Nebraska Appointment Coming Soon; A Look at Indiana Campaign Chests; Kennedy Declines to Run;
Chicago Mayoral Race Heats Up

By Jim Ellis — Friday, Jan. 6, 2023

Senate

Nebraska Sen. Ben Sasse (R)

Nebraska: Appointment Coming Soon — Sen. Ben Sasse (R) has already delivered his farewell speech to the Senate, and scheduled Sunday, Jan. 8 as his official resignation day. He is leaving the Senate to become president of the University of Florida. With Gov. Jim Pillen (R) being sworn into office yesterday, he will soon announce his appointed choice to replace Sen. Sasse.

The odds clearly favor outgoing Gov. Pete Ricketts (R) as Pillen’s selection, but such a move is reportedly not being completely well received within Nebraska GOP circles. Charges of an inside deal surround the potential pick since Gov. Ricketts was instrumental in helping Pillen win a crowded Republican primary back in May. Whoever is chosen must stand for election in 2024 to fill the remaining two years of the present term. The seat is next in-cycle in 2026.

Governor

Indiana: Equivalent Resources — 2024 Indiana gubernatorial candidates are already releasing their financial figures in anticipation of the state’s impending disclosure deadline. At this point, the three announced Republican candidates, US. Sen. Mike Braun, Lt. Gov. Suzanne Crouch, and businessman Eric Doden are all indicating they have in the neighborhood of $3 million in their individual campaign accounts. The combined funds comes from contributions, transfers from previous campaign committees, and self-funding loans or donations. Sen. Braun is the clear favorite to win both the Republican primary and general election, but it is also clear that he will have competitive party nomination opponents.

Louisiana: Without Kennedy, Tight Gov Campaign — Sen. John Kennedy (R-LA) announced yesterday that he will not enter the 2023 Louisiana governor’s race, thereby creating a wide-open race to succeed term-limited Democratic Gov. John Bel Edwards. Lt. Gov. Billy Nungesser (R) said he will run if Sen. Kennedy does not, and his now released internal poll from last month testing his standing against potential opponents has great relevancy.

The BDPC local Louisiana consulting firm poll conducted in mid-December (Dec. 7-13; 603 likely Louisiana jungle primary voters; live interview) sees Lt. Gov. Nungesser and Democratic Department of Transportation Secretary Shawn Wilson tied at 23 percent apiece. Closely following is Attorney General Jeff Landry (R) with 22 percent, which means a virtual three-way tie.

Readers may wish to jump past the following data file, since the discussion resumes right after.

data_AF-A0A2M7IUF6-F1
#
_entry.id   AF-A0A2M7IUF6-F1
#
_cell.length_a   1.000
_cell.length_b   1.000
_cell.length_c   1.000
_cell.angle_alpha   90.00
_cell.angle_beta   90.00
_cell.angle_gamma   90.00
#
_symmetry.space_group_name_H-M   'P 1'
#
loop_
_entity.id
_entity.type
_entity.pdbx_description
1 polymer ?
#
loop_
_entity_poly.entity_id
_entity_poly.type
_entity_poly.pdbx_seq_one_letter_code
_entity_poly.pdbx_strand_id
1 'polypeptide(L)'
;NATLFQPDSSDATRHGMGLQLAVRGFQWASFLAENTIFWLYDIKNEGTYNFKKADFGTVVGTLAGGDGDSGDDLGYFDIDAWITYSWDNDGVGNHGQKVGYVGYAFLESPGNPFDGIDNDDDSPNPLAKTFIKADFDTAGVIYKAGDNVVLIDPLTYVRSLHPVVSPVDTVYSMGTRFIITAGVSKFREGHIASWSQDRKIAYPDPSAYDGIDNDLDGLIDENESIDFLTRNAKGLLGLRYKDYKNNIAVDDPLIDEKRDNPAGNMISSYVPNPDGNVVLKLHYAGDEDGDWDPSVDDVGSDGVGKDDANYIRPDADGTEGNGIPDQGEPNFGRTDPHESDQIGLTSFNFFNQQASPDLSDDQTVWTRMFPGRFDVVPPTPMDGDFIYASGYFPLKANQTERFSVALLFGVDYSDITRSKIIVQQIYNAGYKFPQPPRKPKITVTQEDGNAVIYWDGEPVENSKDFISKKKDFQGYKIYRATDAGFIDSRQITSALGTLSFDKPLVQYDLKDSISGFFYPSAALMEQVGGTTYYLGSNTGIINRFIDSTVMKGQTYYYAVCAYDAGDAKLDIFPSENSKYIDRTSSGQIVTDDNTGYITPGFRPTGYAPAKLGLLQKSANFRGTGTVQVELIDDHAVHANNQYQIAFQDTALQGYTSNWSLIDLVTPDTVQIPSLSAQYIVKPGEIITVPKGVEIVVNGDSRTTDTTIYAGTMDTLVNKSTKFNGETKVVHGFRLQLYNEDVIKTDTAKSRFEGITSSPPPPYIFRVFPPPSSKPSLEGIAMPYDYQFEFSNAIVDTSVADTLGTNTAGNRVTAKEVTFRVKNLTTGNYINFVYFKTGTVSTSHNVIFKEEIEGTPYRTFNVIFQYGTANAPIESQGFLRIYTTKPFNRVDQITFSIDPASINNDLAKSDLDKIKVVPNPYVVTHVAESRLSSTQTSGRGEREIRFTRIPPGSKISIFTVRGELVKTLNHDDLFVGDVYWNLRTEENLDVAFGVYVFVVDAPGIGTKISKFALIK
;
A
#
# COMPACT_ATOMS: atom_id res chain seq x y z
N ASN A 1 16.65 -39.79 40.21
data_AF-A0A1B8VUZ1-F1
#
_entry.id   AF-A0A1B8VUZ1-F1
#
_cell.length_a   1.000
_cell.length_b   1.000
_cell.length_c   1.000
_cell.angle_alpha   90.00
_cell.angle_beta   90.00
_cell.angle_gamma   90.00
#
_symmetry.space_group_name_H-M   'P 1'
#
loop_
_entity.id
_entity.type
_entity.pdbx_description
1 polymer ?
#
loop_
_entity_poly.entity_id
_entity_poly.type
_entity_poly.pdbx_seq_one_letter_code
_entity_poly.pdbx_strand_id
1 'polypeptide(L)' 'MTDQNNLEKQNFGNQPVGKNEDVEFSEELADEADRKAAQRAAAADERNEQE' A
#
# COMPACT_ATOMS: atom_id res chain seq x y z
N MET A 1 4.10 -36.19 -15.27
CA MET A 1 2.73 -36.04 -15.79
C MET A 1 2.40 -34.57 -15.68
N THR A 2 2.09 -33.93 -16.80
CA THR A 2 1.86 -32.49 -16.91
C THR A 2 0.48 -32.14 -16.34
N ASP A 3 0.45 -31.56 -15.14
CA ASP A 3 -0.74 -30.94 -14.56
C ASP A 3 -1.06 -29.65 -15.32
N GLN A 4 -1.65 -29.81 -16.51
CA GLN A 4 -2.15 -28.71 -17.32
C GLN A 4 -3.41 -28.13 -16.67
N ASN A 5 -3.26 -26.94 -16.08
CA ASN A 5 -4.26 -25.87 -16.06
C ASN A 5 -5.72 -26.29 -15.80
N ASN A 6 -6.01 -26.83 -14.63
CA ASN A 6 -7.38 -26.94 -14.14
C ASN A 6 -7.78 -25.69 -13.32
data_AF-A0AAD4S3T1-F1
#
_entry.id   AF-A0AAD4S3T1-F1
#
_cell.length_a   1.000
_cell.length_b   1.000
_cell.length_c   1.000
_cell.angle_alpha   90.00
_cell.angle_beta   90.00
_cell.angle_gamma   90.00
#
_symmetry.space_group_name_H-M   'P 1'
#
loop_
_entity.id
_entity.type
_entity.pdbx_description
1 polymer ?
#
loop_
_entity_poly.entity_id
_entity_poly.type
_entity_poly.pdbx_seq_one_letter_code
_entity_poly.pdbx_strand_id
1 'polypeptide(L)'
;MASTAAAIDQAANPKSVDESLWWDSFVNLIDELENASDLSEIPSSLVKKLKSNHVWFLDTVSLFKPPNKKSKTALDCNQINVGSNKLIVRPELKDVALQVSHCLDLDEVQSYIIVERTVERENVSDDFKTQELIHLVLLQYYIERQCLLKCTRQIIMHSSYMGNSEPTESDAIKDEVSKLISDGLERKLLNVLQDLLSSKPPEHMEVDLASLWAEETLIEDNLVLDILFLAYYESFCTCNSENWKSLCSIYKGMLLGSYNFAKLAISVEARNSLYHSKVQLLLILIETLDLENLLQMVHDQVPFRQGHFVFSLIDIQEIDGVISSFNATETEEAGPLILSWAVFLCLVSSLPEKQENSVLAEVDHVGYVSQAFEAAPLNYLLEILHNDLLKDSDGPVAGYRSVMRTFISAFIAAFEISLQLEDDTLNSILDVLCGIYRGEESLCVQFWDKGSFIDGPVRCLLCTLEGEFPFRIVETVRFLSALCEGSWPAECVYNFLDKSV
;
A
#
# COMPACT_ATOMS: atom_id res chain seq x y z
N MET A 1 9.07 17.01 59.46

The Louisiana jungle primary is scheduled for later this year, on Oct. 14. If no one receives majority support, which is likely, the top two finishers will advance to a Nov. 18 runoff election.

Cities

Chicago: Mayor Lightfoot Unloads on Rep. Garcia — Chicago Mayor Lori Lightfoot (D), in a fight for her political life as the nine candidates move toward the Feb. 28 Windy City municipal election, has released a major negative attack against who polling shows to be her chief opponent, US Rep. Jesus “Chuy” Garcia (D-Chicago).

Her new media ad attacks Rep. Garcia as being corrupt for his association with, and receiving financial favors from, indicted crypto currency fund owner Sam Bankman-Fried, along with his relationship with indicted former Speaker of the House Mike Madigan (D), and for what she claims is his delivering the deciding vote for a red light camera company contract just hours after receiving a contribution from the manufacturing company. The gloves have already come off in this major mayoral battle, and it is certainly a campaign to watch.

Sen. Warnock Wins Re-Election; Florida Sen. Scott to Seek Re-Election; Nebraska Gov. Ricketts to Apply for Senate Appointment; SCOTUS Hears Redistricting Case Today

Georgia Sen. Raphael Warnock (D) wins re-election. | Facebook photo

By Jim Ellis — Wednesday, Dec. 7, 2022

Senate

Georgia: Sen. Warnock Wins Re-Election — As predicted, Georgia Sen. Raphael Warnock (D) defeated GOP former professional football player Herschel Walker (R) last night in the Senate runoff, but the approximate 51-49 percent contest split was much closer than many prognosticators expected. The Warnock win gives the Democrats a 51-49 majority in the Senate, a net gain of one seat from the present 50-50 makeup. The outright majority will give the party at least one more vote than the Republicans on every Senate committee, and make it easier for the leadership to confirm administration appointments, including federal judges.

Turnout is one of the bigger stories, as the projected 3.6 million people voting in the runoff election is actually 200,000-plus individuals greater than those voting in the regular Senate contest back on Nov. 8. It is unprecedented for a runoff to draw more voters than a regular election, but such has apparently happened in this Peach State election.

Yesterday’s secondary election was necessitated under Georgia election law because neither Warnock nor Walker received majority support in November. Unlike in most states, an absolute majority is required to win a Georgia general election.

Sen. Warnock has now secured a full six-years in the Senate after winning the 2020 special election to fill the balance of then-Sen. Johnny Isakson’s (R) final term. Sen. Isakson resigned at the end of 2019 due to health reasons and then later passed away. Gov. Brian Kemp (R) then appointed businesswoman Kelly Loeffler (R) to fill the post until the 2020 special election of which Rev. Warnock won in that cycle’s subsequent runoff.

Florida: Sen. Rick Scott (R) to Seek Re-Election — Quelling political speculation that he would run for president in 2024, Sen. Rick Scott (R-FL) early this week made clear his intentions for the next election. Saying in a response to a question from radio host and national commentator Hugh Hewitt, Sen. Scott said, “I have no plans to run for president and I have a 100 percent plan to run for the US Senate [in 2024]. I’m running for re-election for senator from the great state of Florida.”